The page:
We all know Google has become the new hypochondriac diagnostic tool. All the same, it’s a bit disturbing how far the NHS has started to behave as if computers have some intrinisic sickness-curing value. And I’m not talking here about that inferior version of Google that you can find in the so-called NHS Direct high street shops. (Add a triage nurse, subtract the coffee and the wider web-surfing capability and these are NHS Internet cafes)
The National Audit Office claims that this cost will not all be borne by the taxpayer – only Â£12.4 billions, before factoring in the cost of the “savings” that will result from it. The companies involved – the major one of which was almost destroyed in the process – will somehow meet the shortfall. Hmm. I am definitely too sceptical. My limited understanding of the laws of the market make it hard for me to see why any company would bid for a contract that would cost them Â£8 billion pounds to complete. Their profit margins must be astronomical. In any case, I remember that about four years ago, this was going to be an unprecedented spend of Â£6 billion. So even on the most optimistic estimate, this project costs double what it was supposed to.
The Health Minister, Lord Warner, claims that the project will pay for itself. This in itself seems well nigh incredible, unless it means that huge numbers of clerical staff are to be made redundant, which begs the question of who is going to operate the new system then? My doctors and any hospitals I’ve ever visited have used computer systems for years. Were there some strange 19th century hospitals and surgeries lying forgotten in the world of the quill pen?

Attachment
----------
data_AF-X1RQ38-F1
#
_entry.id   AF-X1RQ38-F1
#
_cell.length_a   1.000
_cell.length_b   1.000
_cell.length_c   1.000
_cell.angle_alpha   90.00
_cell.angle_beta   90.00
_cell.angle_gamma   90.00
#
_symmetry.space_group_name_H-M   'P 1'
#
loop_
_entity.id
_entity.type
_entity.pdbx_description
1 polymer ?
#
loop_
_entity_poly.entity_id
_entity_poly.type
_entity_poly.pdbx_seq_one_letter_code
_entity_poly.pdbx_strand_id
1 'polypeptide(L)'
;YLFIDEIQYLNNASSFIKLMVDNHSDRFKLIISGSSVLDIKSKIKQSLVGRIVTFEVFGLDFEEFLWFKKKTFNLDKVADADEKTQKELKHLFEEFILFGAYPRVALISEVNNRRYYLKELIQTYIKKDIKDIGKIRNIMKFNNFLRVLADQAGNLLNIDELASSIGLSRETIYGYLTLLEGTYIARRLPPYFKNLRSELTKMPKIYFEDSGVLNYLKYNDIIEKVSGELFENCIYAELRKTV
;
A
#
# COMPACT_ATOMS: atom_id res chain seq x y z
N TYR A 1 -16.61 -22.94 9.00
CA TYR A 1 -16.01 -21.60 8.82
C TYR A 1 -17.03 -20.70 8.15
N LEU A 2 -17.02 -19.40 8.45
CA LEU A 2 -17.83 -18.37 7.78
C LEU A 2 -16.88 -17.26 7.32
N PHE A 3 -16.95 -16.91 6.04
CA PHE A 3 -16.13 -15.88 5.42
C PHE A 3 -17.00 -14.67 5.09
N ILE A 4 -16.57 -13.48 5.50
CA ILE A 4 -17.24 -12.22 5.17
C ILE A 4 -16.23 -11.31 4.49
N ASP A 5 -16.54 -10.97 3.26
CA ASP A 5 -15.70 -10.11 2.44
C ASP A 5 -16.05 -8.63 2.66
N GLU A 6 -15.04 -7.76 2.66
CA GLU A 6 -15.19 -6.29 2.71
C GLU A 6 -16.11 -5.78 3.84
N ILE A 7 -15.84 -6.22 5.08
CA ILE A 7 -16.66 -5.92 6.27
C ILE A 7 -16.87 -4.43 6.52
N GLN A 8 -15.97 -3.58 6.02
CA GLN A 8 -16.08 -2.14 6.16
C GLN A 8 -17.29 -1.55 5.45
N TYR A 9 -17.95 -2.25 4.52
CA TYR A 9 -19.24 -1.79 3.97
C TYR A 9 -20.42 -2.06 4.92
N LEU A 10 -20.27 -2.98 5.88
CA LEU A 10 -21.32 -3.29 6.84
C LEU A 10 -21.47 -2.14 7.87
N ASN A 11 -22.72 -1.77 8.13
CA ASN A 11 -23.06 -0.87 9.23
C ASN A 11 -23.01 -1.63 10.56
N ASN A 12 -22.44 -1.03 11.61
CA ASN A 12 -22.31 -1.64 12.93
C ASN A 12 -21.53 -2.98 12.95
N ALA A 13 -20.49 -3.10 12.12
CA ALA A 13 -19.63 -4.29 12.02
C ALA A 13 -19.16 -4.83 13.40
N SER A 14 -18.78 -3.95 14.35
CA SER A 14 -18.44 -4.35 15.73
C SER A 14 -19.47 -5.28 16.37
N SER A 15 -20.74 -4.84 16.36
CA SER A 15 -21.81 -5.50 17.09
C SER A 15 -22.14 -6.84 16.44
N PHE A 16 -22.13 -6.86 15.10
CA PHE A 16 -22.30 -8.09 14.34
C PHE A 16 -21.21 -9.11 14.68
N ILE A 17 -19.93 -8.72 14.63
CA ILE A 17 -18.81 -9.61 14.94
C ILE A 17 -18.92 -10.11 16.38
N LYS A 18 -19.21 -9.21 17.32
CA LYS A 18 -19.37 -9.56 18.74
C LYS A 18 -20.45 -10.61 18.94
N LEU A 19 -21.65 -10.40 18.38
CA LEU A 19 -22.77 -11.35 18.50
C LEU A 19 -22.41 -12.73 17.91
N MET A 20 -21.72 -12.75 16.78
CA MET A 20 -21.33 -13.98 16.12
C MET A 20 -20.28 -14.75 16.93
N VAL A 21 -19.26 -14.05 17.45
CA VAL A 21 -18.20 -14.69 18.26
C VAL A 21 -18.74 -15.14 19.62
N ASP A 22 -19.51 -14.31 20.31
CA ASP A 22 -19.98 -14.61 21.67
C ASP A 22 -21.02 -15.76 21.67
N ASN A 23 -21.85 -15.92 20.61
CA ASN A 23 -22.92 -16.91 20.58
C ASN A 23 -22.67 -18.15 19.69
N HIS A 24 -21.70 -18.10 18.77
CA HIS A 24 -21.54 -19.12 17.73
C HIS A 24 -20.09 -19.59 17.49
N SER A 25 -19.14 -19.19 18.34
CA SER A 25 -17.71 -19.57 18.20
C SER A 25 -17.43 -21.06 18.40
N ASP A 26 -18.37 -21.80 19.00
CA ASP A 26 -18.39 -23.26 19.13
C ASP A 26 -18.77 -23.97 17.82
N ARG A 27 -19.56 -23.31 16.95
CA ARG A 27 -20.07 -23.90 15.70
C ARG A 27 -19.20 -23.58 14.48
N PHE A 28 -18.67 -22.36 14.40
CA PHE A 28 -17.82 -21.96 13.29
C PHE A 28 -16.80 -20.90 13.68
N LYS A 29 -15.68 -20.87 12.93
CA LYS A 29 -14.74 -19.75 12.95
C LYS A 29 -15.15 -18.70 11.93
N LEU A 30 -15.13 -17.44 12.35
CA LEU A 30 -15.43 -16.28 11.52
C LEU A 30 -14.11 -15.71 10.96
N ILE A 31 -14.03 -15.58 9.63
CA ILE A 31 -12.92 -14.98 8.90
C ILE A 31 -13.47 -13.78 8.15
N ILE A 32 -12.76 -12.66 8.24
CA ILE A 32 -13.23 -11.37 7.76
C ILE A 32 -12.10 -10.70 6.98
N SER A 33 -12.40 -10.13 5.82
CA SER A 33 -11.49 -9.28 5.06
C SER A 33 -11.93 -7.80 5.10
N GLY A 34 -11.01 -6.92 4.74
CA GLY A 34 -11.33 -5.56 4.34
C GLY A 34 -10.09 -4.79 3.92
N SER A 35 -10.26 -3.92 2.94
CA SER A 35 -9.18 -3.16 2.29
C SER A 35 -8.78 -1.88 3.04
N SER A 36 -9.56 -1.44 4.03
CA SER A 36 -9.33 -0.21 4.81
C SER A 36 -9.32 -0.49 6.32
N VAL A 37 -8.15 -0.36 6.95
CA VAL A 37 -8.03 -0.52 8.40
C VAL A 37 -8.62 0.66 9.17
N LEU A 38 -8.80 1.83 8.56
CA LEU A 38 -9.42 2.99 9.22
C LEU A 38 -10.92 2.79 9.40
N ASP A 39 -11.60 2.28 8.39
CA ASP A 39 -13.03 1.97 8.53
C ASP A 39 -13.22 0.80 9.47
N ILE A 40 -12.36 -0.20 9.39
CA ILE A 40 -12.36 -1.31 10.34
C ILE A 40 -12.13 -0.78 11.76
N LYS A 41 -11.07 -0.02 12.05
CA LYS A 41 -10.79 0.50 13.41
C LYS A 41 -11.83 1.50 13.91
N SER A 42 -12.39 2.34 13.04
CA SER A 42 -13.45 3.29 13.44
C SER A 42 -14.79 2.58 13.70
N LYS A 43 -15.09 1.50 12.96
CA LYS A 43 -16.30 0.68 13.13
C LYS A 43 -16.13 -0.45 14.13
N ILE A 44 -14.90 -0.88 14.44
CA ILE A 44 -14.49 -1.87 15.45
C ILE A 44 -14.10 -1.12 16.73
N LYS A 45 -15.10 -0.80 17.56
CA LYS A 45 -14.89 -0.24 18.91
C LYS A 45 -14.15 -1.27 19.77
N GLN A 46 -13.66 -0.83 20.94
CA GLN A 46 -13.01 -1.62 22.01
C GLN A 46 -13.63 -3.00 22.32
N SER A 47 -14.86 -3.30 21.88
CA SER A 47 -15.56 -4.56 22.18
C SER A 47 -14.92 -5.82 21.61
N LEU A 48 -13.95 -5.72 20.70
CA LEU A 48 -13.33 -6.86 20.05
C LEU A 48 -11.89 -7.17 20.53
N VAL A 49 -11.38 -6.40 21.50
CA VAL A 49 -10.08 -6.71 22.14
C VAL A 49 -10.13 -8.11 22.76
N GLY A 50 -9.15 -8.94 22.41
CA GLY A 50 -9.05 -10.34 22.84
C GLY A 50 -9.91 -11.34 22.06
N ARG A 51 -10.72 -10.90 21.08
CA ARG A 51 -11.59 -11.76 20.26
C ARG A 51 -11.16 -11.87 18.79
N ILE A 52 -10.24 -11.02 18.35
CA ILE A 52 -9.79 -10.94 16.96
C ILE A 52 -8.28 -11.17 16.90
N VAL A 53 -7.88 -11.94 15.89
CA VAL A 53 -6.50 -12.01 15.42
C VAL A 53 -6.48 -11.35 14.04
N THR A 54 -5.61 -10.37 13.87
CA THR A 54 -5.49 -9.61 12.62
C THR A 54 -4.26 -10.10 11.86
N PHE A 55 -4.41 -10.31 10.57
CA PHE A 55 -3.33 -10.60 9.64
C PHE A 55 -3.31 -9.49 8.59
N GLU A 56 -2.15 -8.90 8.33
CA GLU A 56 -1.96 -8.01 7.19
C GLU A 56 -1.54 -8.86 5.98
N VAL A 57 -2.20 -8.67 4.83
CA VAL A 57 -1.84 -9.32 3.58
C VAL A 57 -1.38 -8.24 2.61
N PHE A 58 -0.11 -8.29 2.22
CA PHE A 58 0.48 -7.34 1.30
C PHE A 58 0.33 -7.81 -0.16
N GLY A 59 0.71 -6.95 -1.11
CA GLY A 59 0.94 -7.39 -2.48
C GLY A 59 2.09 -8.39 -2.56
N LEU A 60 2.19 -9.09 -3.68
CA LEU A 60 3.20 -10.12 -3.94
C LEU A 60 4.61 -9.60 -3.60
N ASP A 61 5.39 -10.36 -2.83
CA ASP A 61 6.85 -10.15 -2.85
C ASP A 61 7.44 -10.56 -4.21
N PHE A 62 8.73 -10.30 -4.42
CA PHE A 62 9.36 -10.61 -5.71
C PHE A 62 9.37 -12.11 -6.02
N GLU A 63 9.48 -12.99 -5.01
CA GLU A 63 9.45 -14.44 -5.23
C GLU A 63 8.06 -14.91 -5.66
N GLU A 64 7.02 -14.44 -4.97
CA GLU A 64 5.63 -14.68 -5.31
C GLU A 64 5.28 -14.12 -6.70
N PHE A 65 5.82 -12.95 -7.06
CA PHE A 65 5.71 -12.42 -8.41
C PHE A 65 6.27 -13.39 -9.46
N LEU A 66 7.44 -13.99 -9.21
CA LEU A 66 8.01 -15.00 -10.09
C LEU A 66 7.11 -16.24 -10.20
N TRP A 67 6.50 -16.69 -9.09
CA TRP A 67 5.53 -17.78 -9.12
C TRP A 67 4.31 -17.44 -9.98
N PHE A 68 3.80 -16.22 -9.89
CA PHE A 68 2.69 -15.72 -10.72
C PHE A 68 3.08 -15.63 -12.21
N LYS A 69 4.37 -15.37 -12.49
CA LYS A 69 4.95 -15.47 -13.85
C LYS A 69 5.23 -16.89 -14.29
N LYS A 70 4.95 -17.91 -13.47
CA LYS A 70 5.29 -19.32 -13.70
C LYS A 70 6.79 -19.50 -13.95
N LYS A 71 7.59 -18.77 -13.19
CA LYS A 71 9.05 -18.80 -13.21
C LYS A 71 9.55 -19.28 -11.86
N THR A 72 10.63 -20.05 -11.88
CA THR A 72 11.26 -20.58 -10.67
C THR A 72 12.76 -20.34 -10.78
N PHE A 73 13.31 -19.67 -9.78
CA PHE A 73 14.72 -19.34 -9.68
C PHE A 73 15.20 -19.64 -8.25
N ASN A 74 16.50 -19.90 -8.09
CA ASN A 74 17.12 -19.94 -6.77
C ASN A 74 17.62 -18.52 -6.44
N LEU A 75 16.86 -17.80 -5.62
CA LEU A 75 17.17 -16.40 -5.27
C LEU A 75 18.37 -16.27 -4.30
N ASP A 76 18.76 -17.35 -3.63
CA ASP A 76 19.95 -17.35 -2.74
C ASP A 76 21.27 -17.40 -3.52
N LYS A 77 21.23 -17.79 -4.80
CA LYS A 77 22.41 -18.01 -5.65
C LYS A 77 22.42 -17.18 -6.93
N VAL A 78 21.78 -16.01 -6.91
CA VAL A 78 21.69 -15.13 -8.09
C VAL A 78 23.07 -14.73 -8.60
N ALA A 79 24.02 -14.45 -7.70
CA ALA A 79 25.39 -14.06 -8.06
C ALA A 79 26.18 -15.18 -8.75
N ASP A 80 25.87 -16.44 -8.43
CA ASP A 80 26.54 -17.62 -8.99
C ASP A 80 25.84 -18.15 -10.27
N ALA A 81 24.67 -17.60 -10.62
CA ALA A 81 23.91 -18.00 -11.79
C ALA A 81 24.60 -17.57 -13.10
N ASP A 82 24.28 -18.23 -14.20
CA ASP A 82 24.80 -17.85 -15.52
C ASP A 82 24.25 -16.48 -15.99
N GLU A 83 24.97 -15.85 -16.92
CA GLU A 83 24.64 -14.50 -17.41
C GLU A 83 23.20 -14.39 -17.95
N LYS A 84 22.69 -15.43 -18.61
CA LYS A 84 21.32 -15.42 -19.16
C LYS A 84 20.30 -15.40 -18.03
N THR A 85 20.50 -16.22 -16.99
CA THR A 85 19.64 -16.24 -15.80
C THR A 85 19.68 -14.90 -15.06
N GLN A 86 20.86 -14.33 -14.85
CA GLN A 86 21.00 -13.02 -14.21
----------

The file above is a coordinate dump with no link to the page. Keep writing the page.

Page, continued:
Correct me if Windows Calculator is wrong here but I believe that Â£20 billion (cost of shiny new national computer system) divided by 60 million (UK population) is Â£333.33. That seems to be the cost for every man woman and child in the UK
That’s approximately the cost of a cheap low-end PC isnt it? So this new system would buy everyone in the UK a low-end PC, WITHOUT any economies of scale.
How many doctors and nurses and hospital cleaners would it buy? Quite a fair number I would have thought, if we all club together a bit and put our Â£333.33 towards wages. A hundred of us could have paid for a junior doctor or a very senior nurse or paramedic or even two cleaners or cooks.
(Yes, I know that the blog has an excessively medical flavour this week. No particular reason, except maybe that getting a post picked up by the excellent NHS blog doctor site has skewed our thinking.)